Lonmin has been a consumer rather than a generator of cash in each of the last five financial years, and it is clear that the “very existence of Lonmin as a going concern is materially uncertain,” added Wainer. “Any suggestion that Lonmin is in anything other than a precarious and parlous financial position is misinformed and misguided – and contrary to the obvious facts.”

From Moneyweb: The Forum intimated, based on figures of executive remuneration listed in Lonmin’s annual report, that business was booming notwithstanding the poor performance reported by the company. Wainer replied that it was not uncommon for executives to be remunerated based on returning a company to profitability and retaining key executives.

The Forum also intimated, based on figures of executive remuneration listed in Lonmin’s annual report, that business was booming notwithstanding the poor performance reported by the company. Wainer replied that it was not uncommon for executives to be remunerated based on returning a company to profitability and retaining key executives.

Some 95% of Lonmin’s output comes from its Marikana operations, where 34 striking miners were shot in 2012. The Marikana assets were impaired on the financial statements by US$1.38 billion (R19.7 billion) over the previous two years. This was explained in the Independent Auditor’s Report: “The PGM (Platinum Group Metals) industry has experienced rising costs and subdued demand resulting in a depressed pricing environment. In addition the group is experiencing unit cost inflation. The board and executive management have conducted a review of the group’s operations including closing non-profitable shafts.”

The auditor’s review goes on to say that the impairment may be inadequate, and that further impairments may be forthcoming.

Wainer says it was inappropriate to trivialise the 2017 impairment loss of over US$1 billion (R14.3 billion) as simply a ‘non-cash item’. “Although it was not a cash flow loss in the 2017 year, it was certainly a loss of cash historically spent, and a vast loss in value for the group (and its shareholders).” It was also incorrect to say the impairment was dependent on the judgement of management, as the methodology used in arriving at the impairment was detailed by the auditors.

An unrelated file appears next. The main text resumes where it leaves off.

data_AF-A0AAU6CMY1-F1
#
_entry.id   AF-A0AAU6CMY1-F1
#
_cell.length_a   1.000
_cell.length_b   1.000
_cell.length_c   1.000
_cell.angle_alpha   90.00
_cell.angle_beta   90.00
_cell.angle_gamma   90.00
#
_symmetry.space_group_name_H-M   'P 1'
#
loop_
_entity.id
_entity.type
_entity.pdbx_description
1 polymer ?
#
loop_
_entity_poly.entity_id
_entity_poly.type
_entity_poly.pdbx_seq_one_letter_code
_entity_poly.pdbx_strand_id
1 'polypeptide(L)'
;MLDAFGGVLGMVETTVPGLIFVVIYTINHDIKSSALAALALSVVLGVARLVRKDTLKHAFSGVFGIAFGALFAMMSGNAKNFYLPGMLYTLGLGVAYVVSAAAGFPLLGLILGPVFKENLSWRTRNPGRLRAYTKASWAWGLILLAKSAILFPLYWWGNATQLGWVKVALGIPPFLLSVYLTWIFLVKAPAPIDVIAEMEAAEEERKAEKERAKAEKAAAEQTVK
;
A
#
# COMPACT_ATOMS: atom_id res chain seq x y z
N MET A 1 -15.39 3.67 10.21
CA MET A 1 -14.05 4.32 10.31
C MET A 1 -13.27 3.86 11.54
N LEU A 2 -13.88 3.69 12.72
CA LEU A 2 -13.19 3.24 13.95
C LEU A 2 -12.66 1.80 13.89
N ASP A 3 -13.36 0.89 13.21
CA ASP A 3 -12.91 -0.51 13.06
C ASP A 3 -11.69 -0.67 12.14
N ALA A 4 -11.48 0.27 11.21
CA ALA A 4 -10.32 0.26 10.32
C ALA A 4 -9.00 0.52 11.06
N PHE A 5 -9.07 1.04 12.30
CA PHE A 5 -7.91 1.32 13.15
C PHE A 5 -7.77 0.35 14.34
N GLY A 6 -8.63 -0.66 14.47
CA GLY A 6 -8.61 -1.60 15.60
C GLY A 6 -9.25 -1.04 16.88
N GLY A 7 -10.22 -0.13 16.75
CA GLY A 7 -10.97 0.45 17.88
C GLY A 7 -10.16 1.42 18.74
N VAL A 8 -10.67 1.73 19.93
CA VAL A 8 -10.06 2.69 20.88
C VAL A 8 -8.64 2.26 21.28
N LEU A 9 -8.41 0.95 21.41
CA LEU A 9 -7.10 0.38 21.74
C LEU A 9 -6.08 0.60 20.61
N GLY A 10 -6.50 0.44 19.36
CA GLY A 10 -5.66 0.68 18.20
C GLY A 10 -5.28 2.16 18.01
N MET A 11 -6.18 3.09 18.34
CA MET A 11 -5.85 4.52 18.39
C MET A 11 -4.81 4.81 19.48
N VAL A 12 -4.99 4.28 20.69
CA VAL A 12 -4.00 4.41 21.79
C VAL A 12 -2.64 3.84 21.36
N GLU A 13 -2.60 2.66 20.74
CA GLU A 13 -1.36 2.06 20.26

The Forum also pointed to finance costs of U$137 million (R1.96 billion), of which just US$18 million (R257 million) was recorded as being paid in cash. Not all the finance costs were paid in cash, but the full amount was incurred and owing by the group in the 2017 financial year, Wainer replied.

Ramoba also intimated that Lonmin’s financial position was better than it made out, based on current assets exceeding current liabilities, and total assets exceeding liabilities. Wainer replied that this was meaningless if Lonmin was unable to continue as a going concern.

The Forum further claimed that Lonmin had access to the capital markets, which was an indicator of its financial health. Wainer rebutted this by pointing out that Lonmin’s capital raising has been by way of rights issues. Those that did not follow their rights could lose all their money.

LEAVE A REPLY

Please enter your comment!
Please enter your name here